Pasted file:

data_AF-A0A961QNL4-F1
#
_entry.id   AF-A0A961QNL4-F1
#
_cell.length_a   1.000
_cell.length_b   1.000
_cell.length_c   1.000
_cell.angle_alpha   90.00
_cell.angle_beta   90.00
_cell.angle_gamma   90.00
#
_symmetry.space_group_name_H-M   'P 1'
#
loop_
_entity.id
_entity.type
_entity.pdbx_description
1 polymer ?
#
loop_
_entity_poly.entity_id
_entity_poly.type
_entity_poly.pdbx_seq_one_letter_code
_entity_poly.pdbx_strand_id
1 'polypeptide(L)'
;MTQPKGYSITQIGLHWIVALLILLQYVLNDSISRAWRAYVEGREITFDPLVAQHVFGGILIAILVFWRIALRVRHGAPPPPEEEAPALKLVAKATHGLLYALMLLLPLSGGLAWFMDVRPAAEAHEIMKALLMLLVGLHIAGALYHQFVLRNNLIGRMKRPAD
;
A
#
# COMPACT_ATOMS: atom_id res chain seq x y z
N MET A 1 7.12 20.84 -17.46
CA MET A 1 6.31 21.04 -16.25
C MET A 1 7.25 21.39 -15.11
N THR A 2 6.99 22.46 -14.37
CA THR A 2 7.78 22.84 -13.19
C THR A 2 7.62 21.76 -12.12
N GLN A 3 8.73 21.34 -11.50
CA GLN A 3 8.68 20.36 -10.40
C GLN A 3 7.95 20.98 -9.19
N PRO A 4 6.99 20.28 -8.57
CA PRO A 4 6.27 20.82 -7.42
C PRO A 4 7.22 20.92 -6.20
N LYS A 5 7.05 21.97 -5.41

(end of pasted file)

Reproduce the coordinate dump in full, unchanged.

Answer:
data_AF-A0A961QNL4-F1
#
_entry.id   AF-A0A961QNL4-F1
#
_cell.length_a   1.000
_cell.length_b   1.000
_cell.length_c   1.000
_cell.angle_alpha   90.00
_cell.angle_beta   90.00
_cell.angle_gamma   90.00
#
_symmetry.space_group_name_H-M   'P 1'
#
loop_
_entity.id
_entity.type
_entity.pdbx_description
1 polymer ?
#
loop_
_entity_poly.entity_id
_entity_poly.type
_entity_poly.pdbx_seq_one_letter_code
_entity_poly.pdbx_strand_id
1 'polypeptide(L)'
;MTQPKGYSITQIGLHWIVALLILLQYVLNDSISRAWRAYVEGREITFDPLVAQHVFGGILIAILVFWRIALRVRHGAPPPPEEEAPALKLVAKATHGLLYALMLLLPLSGGLAWFMDVRPAAEAHEIMKALLMLLVGLHIAGALYHQFVLRNNLIGRMKRPAD
;
A
#
# COMPACT_ATOMS: atom_id res chain seq x y z
N MET A 1 7.12 20.84 -17.46
CA MET A 1 6.31 21.04 -16.25
C MET A 1 7.25 21.39 -15.11
N THR A 2 6.99 22.46 -14.37
CA THR A 2 7.78 22.84 -13.19
C THR A 2 7.62 21.76 -12.12
N GLN A 3 8.73 21.34 -11.50
CA GLN A 3 8.68 20.36 -10.40
C GLN A 3 7.95 20.98 -9.19
N PRO A 4 6.99 20.28 -8.57
CA PRO A 4 6.27 20.82 -7.42
C PRO A 4 7.22 20.92 -6.20
N LYS A 5 7.05 21.97 -5.41